Waiting for season 2 of The Walking Dead

I’m not a huge horror fan. Zombie apocalypses don’t rank high on my all-time favorite films — or TV shows. So consider me surprised by how gripping, and moving, AMC’s The Walking Dead is.
I just made it through the first season, and I’m pretty impressed.
As my friend Joe Abeyta told me when he suggested I watch the show, The Walking Dead is not about the zombies but about the small band of human beings trying to stay alive in and around Atlanta.
Given the premise, you might think the show is about gore, of which there’s quite a bit. Or about frightening creatures. The zombies in The Walking Dead are truly scary. It’s not. The zombies are props; or more accurately, the capricious, environment in which these humans find themselves.
Against this terrifying backdrop develop the real story-lines, which occasionally ask some profound questions. How does one remain human in a hostile world, where the rules of society have broken down and one must grope to figure out where the line between being human and less-than human is?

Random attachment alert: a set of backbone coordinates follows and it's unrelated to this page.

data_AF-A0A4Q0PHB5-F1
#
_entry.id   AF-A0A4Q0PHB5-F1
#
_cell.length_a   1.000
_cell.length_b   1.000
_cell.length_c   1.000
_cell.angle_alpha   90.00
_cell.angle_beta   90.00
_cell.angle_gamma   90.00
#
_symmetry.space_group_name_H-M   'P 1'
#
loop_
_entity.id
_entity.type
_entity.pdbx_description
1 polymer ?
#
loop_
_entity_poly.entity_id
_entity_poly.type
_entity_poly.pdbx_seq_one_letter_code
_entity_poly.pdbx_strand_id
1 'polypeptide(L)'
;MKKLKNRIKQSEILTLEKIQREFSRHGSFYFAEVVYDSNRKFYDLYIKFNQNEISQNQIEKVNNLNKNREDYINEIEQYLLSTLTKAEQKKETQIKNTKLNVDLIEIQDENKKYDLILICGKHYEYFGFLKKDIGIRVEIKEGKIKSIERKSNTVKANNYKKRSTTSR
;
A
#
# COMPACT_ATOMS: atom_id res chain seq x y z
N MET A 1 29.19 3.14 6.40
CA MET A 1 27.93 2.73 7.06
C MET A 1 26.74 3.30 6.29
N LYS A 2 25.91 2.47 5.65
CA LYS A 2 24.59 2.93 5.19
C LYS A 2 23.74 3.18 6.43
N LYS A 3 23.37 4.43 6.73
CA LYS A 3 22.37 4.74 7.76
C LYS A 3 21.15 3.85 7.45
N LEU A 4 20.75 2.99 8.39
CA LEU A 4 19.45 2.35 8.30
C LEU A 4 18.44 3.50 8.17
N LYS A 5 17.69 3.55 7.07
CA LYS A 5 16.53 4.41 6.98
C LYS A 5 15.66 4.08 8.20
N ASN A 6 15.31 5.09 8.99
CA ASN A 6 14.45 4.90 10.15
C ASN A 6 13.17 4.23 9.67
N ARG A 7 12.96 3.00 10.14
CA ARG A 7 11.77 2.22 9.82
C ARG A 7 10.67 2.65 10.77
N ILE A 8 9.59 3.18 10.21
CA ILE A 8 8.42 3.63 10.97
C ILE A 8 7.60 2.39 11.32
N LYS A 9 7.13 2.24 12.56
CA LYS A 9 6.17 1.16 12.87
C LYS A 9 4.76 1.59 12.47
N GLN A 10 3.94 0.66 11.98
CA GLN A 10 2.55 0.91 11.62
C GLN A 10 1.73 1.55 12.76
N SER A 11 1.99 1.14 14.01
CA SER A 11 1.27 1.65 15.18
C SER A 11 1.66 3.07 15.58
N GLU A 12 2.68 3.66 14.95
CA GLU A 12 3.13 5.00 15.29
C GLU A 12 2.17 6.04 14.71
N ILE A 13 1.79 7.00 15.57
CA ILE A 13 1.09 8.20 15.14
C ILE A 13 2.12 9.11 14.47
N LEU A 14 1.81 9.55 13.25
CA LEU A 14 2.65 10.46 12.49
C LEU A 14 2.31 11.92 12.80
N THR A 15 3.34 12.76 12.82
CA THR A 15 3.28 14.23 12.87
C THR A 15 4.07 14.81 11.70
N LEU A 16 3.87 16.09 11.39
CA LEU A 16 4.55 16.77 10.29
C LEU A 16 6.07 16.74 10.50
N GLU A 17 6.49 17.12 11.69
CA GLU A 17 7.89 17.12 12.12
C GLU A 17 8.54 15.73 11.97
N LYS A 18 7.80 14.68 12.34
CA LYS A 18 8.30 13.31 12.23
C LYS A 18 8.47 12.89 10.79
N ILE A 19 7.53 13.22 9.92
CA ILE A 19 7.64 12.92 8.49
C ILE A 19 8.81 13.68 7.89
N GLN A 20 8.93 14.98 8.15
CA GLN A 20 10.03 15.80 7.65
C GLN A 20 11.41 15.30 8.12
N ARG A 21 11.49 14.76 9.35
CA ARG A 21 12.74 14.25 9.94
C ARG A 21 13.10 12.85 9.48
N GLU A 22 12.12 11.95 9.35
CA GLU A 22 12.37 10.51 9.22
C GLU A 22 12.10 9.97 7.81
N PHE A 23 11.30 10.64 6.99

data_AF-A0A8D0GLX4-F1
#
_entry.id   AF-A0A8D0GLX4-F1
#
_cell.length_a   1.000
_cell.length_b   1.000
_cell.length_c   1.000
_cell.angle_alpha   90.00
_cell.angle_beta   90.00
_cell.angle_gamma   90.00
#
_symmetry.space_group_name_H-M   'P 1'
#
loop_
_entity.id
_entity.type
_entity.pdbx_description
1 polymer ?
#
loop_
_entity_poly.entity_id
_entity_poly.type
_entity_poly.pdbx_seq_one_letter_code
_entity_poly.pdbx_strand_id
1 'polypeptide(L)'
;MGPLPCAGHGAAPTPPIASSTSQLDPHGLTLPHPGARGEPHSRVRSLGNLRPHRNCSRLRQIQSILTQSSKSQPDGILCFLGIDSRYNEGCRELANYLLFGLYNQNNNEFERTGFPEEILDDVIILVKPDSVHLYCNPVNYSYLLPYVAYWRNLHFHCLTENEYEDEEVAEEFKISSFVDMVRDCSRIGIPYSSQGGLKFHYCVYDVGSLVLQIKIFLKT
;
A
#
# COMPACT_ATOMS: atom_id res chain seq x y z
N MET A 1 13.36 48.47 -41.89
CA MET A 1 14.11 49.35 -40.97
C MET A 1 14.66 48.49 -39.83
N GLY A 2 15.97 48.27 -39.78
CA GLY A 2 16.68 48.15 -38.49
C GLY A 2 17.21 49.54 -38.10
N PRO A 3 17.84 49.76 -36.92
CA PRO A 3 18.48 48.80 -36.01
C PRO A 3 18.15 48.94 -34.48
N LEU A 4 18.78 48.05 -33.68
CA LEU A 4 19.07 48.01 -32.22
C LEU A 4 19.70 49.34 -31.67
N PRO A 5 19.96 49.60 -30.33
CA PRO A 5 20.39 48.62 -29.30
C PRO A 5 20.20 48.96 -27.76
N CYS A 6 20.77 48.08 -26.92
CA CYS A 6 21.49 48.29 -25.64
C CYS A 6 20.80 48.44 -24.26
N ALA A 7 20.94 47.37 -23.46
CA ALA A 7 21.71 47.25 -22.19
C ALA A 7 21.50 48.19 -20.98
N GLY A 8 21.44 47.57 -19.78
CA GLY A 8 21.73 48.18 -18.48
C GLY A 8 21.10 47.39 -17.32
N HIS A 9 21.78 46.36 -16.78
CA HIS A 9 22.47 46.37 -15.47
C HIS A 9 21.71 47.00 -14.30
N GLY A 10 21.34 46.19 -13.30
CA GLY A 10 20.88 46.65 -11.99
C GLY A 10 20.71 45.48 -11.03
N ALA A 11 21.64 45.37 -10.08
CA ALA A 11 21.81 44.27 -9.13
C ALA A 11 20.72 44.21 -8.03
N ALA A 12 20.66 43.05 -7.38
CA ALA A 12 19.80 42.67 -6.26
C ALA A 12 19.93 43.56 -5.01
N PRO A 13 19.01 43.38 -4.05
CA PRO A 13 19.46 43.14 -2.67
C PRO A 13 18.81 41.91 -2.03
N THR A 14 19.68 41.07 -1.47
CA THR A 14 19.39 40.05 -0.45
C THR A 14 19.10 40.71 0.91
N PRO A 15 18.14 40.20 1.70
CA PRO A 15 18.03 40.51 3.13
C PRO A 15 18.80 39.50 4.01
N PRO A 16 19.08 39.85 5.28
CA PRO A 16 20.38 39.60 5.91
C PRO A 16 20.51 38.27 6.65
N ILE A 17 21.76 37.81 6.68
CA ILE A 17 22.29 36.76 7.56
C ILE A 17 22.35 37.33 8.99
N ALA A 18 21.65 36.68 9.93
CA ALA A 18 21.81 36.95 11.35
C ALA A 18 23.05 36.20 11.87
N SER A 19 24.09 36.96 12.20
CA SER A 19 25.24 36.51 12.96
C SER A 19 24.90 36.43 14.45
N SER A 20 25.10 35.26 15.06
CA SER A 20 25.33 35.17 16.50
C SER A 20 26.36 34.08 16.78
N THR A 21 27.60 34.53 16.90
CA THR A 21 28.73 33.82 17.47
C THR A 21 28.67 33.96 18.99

The show’s writers know how to whipsaw your emotions, too, juxtaposing moments of spine-tingling terror with sublime beauty, gruesome violence with heart-rending gentleness. Along the way a stereotype or two falls away, knocked down by unexpected kindnesses.
About halfway through the first episode I realized I wan’t watching a horror show, but a show about life and what it means to live.
The Walking Dead is a good show. I’m waiting for Season 2.

Amplify’d from www.amctv.com

Waking up in an empty hospital after weeks in a coma, County Sheriff Rick Grimes (Andrew Lincoln) finds himself utterly alone. The world as he knows it is gone, ravaged by a zombie epidemic. The Walking Dead tells the story of the weeks and months that follow after the apocalypse. Based on Robert Kirkman’s hugely successful and popular comic book series, AMC’s new original series, The Walking Dead, premieres with a 90-minute episode on Halloween night: Oct. 31 at 10/9c. Written and executive produced by three-time Academy® Award-nominee Frank Darabont (The Shawshank Redemption, The Green Mile), who also directs the pilot, and executive produced by Gale Anne Hurd (The Terminator, Aliens), the series debuts during AMC Fearfest, the network’s annual blockbuster marathon of thriller and horror films.

See more at www.amctv.com

 

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